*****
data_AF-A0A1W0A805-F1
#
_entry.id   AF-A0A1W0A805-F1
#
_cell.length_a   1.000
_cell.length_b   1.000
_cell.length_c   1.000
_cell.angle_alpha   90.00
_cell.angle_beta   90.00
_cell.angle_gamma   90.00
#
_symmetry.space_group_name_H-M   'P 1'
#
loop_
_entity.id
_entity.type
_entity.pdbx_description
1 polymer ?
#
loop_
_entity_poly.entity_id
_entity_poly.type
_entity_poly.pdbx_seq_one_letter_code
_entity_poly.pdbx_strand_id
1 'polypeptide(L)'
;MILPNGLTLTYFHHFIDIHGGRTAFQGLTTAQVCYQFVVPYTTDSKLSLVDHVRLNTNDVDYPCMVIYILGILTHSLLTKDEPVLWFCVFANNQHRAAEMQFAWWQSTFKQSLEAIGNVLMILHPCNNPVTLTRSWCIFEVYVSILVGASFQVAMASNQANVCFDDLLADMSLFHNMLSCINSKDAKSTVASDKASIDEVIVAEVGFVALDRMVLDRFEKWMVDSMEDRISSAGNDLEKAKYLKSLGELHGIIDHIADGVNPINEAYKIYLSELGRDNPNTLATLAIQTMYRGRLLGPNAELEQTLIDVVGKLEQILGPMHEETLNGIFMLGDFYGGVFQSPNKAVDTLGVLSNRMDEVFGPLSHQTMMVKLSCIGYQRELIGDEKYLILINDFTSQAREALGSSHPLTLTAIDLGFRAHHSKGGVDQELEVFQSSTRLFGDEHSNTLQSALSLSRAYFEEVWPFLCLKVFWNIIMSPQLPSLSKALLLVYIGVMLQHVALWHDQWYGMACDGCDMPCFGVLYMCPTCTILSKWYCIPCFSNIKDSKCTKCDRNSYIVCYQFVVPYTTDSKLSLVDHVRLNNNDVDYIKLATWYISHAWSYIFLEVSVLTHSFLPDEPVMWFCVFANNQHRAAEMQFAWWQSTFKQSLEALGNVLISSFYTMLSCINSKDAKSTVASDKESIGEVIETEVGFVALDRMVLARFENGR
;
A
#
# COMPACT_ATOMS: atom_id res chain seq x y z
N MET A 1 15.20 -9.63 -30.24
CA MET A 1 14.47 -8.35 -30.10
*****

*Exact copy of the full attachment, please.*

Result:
data_AF-A0A1W0A805-F1
#
_entry.id   AF-A0A1W0A805-F1
#
_cell.length_a   1.000
_cell.length_b   1.000
_cell.length_c   1.000
_cell.angle_alpha   90.00
_cell.angle_beta   90.00
_cell.angle_gamma   90.00
#
_symmetry.space_group_name_H-M   'P 1'
#
loop_
_entity.id
_entity.type
_entity.pdbx_description
1 polymer ?
#
loop_
_entity_poly.entity_id
_entity_poly.type
_entity_poly.pdbx_seq_one_letter_code
_entity_poly.pdbx_strand_id
1 'polypeptide(L)'
;MILPNGLTLTYFHHFIDIHGGRTAFQGLTTAQVCYQFVVPYTTDSKLSLVDHVRLNTNDVDYPCMVIYILGILTHSLLTKDEPVLWFCVFANNQHRAAEMQFAWWQSTFKQSLEAIGNVLMILHPCNNPVTLTRSWCIFEVYVSILVGASFQVAMASNQANVCFDDLLADMSLFHNMLSCINSKDAKSTVASDKASIDEVIVAEVGFVALDRMVLDRFEKWMVDSMEDRISSAGNDLEKAKYLKSLGELHGIIDHIADGVNPINEAYKIYLSELGRDNPNTLATLAIQTMYRGRLLGPNAELEQTLIDVVGKLEQILGPMHEETLNGIFMLGDFYGGVFQSPNKAVDTLGVLSNRMDEVFGPLSHQTMMVKLSCIGYQRELIGDEKYLILINDFTSQAREALGSSHPLTLTAIDLGFRAHHSKGGVDQELEVFQSSTRLFGDEHSNTLQSALSLSRAYFEEVWPFLCLKVFWNIIMSPQLPSLSKALLLVYIGVMLQHVALWHDQWYGMACDGCDMPCFGVLYMCPTCTILSKWYCIPCFSNIKDSKCTKCDRNSYIVCYQFVVPYTTDSKLSLVDHVRLNNNDVDYIKLATWYISHAWSYIFLEVSVLTHSFLPDEPVMWFCVFANNQHRAAEMQFAWWQSTFKQSLEALGNVLISSFYTMLSCINSKDAKSTVASDKESIGEVIETEVGFVALDRMVLARFENGR
;
A
#
# COMPACT_ATOMS: atom_id res chain seq x y z
N MET A 1 15.20 -9.63 -30.24
CA MET A 1 14.47 -8.35 -30.10